When creating mates between parts inside of an assembly in 3DEXPERIENCE xDesign, there are different types of constraints that form. When mates are created, these can be found underneath the Design Manager’s Mates tab. I am here to help you understand the different types of constraints and what they mean.
Understanding these symbols and constraints is helpful to quickly know how parts are mated inside 3DEXPERIENCE xDesign and fitted together in an assembly. This will quickly let you know how parts move in relation to each other without having to spend time moving each part individually to see how they move.
The constraints we will be looking at are the following:
- Point Surface
- Point Curve
The planar constraint is identified by the symbol of two planes, a white and blue, lying flat on top of each other but not aligned. A planar constraint typically means two planes or faces, from different parts, are coincident with each other. This means the parts can only move in two directions rather than all three, as in movement along a plane only. Also, parts can only rotate in one direction.
Point Surface constraint
The point surface constraint is identified by the symbol of a blue plane with a white point on it and blue revolving arrows. This constraint means a face or plane from one part is mated to a point on another part. This means the parts can freely transition and rotate in all three directions but about the point mated on the face or plane.
Point Curve constraint
The point curve constraint is identified by the symbol of a blue curve with a white point on the curve and blue revolving arrows. This constraint is like the point surface but this time the part can freely transition and rotate about a point selected from one part along the curve of the other part.
The Spherical constraint is defined by a blue and white sphere concentric inside of each other with blue revolving arrows. This constraint is similar to the point curve constraint but now the part can only move about a circular motion defined by a point located on a circular reference. In this case, the corner point of the block with the circular face of the cylinder.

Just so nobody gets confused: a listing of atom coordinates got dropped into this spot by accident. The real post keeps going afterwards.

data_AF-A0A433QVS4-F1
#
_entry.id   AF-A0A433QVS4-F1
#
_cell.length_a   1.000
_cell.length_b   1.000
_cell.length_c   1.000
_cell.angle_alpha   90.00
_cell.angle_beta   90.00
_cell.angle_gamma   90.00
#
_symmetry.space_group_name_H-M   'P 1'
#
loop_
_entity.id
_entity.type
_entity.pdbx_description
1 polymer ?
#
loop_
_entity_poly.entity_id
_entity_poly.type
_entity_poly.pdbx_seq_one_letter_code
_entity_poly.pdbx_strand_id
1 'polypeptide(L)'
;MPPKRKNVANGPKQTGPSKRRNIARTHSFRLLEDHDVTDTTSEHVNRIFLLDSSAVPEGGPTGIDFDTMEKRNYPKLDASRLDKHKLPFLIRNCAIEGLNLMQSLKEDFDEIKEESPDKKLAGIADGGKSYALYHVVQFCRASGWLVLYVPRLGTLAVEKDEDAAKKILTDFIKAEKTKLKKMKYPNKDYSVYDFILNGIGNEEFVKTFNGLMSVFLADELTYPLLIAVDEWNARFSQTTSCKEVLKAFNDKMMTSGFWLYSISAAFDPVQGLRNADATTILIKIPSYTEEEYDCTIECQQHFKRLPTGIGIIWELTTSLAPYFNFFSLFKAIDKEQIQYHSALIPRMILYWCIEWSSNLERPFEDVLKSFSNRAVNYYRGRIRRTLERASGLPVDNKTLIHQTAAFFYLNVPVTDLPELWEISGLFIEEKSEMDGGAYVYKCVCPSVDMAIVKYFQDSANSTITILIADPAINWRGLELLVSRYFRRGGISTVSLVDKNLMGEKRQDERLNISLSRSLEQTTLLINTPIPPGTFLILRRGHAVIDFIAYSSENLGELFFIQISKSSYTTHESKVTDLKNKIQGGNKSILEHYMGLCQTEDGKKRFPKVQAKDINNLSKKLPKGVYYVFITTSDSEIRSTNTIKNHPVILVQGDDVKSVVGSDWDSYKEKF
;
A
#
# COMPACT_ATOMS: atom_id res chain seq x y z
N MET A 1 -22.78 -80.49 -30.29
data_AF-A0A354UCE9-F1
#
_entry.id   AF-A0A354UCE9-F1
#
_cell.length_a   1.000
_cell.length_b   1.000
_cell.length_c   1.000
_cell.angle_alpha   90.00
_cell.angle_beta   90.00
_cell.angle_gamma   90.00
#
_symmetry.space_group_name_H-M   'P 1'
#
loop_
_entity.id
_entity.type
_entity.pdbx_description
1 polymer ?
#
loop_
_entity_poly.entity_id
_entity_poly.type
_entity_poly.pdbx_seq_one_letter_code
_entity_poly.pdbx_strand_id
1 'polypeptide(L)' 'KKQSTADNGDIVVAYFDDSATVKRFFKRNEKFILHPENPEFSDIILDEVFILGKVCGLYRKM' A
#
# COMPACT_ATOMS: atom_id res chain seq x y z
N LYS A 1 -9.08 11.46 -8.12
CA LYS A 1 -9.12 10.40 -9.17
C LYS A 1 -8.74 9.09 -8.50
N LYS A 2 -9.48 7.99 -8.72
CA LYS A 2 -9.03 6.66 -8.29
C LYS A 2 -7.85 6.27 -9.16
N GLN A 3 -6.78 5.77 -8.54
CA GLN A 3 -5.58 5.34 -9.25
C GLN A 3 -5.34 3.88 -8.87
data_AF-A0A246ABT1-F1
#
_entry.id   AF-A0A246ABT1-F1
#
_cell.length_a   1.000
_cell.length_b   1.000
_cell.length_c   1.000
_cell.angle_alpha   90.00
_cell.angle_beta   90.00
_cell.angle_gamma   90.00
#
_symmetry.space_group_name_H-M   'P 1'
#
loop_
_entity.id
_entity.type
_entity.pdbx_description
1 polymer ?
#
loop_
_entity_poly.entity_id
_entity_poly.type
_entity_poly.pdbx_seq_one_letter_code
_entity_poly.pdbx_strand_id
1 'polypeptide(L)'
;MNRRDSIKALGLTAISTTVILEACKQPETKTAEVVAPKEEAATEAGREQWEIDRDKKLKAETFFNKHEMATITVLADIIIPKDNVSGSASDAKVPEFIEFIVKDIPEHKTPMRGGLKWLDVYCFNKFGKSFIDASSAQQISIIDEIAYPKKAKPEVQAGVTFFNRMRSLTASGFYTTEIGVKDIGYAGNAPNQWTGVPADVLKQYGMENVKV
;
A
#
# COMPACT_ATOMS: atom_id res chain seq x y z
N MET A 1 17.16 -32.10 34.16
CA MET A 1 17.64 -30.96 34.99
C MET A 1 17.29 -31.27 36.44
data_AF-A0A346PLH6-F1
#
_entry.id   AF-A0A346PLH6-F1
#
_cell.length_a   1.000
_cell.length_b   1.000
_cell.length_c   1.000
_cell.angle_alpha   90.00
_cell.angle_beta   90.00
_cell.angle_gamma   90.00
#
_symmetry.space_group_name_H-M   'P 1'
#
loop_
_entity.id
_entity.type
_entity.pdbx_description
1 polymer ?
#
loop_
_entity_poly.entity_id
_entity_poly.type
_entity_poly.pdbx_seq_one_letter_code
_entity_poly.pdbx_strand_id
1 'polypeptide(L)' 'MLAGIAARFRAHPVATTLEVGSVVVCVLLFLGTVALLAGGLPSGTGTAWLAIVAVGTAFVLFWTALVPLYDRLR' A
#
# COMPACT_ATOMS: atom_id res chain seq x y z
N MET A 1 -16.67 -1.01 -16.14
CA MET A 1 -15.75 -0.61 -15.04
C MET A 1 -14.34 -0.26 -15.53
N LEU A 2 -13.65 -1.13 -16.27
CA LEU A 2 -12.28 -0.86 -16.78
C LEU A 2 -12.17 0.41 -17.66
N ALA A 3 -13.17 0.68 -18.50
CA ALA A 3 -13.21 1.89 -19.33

The Cylindrical constraint is identified by a white cylinder inside of a blue shelled cylinder with blue revolving arrows. This is typically seen when two cylindrical parts are mated using the concentric mate and no coincident mate is used, unless two edges are mated coincidentally. This means the part can rotate in one direction and transition in one direction.
The Revolute constraint is identified by a blue cylinder on top of a white cylinder. This is similar to the cylindrical mate but now a coincident mate is used. The part can no longer transition at all and can only rotate about one axis.
The Prismatic constraint is identified by a blue C shaped part containing a white block. This is when two parts are mated together so that they cannot be rotated and can only transition in one direction. This constraint is one level below rigid, being fully fixed.
The Rigid constraint is identified by two parts, a white and blue, that are puzzle pieced together. This is when two parts are mated in a way that has them fixed so they cannot be rotated in any direction or transition in any direction.
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